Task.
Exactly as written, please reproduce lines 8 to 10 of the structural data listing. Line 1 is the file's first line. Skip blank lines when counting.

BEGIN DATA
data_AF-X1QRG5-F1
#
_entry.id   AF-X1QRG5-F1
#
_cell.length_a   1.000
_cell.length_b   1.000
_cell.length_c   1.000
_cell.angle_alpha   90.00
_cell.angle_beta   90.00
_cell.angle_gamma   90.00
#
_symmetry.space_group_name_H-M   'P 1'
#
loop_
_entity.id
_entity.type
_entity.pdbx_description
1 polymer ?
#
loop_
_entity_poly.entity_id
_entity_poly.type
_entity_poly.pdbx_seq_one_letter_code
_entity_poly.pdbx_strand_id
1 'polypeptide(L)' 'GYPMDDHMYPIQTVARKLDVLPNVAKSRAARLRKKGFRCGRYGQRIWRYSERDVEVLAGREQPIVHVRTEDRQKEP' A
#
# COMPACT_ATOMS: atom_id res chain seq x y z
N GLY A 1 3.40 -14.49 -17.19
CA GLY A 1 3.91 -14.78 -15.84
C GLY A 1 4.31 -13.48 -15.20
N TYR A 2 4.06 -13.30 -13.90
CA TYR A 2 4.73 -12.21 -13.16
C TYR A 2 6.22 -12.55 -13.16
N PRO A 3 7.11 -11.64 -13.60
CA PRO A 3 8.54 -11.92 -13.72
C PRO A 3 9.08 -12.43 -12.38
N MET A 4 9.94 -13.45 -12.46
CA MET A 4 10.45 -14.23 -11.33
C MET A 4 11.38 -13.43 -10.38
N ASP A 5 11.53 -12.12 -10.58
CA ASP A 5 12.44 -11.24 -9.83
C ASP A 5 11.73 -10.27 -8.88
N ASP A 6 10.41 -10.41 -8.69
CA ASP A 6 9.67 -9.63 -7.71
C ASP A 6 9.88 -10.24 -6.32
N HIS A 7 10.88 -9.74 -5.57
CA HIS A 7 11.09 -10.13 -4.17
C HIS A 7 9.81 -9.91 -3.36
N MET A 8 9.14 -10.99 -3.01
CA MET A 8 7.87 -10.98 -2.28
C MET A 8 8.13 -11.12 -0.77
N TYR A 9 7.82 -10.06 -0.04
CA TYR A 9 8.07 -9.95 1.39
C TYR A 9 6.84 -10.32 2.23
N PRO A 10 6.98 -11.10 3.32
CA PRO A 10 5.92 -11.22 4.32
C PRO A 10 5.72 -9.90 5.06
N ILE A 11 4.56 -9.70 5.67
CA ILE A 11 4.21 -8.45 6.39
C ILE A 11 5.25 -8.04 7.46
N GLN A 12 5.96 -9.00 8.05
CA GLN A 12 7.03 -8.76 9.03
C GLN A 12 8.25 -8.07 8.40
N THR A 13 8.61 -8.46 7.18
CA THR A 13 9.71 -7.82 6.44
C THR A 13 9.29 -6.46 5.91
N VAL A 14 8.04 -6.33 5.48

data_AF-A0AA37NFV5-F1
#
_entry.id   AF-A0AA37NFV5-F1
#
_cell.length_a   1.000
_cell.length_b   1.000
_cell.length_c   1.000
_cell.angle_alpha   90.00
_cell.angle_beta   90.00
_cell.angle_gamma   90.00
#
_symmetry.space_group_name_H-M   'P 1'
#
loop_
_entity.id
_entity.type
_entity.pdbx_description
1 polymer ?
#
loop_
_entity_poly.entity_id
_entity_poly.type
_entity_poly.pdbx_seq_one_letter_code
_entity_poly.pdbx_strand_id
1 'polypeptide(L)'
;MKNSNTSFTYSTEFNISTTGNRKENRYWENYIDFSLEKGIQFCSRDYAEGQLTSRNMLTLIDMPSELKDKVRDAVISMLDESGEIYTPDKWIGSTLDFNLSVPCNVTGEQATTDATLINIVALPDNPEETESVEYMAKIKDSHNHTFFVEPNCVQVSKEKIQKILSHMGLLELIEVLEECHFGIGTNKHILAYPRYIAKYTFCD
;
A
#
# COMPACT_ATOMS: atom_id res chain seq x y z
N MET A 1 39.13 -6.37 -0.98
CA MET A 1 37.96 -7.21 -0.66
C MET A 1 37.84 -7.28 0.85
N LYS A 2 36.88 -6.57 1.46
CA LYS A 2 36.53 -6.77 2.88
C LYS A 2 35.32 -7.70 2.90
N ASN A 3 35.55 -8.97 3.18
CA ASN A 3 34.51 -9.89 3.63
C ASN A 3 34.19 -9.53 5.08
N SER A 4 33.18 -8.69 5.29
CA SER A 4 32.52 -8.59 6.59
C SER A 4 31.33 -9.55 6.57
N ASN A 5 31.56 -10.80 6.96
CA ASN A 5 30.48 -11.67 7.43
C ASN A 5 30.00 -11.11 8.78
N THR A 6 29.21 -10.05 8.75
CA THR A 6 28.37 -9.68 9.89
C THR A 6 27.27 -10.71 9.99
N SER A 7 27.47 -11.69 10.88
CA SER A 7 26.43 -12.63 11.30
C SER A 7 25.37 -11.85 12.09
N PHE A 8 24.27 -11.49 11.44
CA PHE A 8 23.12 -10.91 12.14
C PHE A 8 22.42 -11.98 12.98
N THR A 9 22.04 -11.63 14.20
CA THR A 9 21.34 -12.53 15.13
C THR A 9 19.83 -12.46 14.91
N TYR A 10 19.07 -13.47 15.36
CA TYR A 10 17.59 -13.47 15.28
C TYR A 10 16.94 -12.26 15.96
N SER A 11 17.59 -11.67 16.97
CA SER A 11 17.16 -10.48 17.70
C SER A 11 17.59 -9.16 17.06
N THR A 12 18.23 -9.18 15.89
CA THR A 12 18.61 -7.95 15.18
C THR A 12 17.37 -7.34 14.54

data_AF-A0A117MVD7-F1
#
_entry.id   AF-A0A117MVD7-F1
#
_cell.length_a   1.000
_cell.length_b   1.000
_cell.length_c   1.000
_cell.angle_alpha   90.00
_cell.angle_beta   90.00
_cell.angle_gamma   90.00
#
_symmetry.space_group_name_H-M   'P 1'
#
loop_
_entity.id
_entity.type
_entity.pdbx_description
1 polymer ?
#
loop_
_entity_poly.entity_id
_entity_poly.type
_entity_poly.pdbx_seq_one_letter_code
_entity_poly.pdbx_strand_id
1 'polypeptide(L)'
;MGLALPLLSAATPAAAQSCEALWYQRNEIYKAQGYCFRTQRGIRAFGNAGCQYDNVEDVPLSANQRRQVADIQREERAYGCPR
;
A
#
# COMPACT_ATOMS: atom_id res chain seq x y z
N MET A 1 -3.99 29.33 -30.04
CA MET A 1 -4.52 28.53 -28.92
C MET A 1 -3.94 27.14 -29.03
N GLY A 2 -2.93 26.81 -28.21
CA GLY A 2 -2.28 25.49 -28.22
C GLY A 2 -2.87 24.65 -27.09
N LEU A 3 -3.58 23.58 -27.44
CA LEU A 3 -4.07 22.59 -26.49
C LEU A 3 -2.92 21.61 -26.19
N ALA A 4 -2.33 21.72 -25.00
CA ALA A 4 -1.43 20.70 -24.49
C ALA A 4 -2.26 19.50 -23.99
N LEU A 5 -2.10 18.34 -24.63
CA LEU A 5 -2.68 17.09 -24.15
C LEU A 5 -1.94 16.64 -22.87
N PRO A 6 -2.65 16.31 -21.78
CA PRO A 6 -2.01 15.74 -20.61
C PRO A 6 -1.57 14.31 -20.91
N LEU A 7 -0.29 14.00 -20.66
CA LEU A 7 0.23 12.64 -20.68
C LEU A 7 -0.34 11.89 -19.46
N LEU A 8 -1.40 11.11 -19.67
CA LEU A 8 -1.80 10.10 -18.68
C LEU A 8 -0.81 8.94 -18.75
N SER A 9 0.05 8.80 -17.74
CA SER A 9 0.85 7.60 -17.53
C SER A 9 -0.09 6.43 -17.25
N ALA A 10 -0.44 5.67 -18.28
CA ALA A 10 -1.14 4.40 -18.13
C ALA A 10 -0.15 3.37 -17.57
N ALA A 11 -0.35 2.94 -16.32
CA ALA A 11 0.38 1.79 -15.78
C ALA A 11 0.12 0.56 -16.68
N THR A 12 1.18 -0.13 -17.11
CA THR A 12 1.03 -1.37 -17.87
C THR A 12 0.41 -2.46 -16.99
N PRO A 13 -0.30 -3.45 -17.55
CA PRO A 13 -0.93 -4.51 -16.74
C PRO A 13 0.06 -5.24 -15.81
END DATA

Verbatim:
_cell.angle_alpha   90.00
_cell.angle_beta   90.00
_cell.angle_gamma   90.00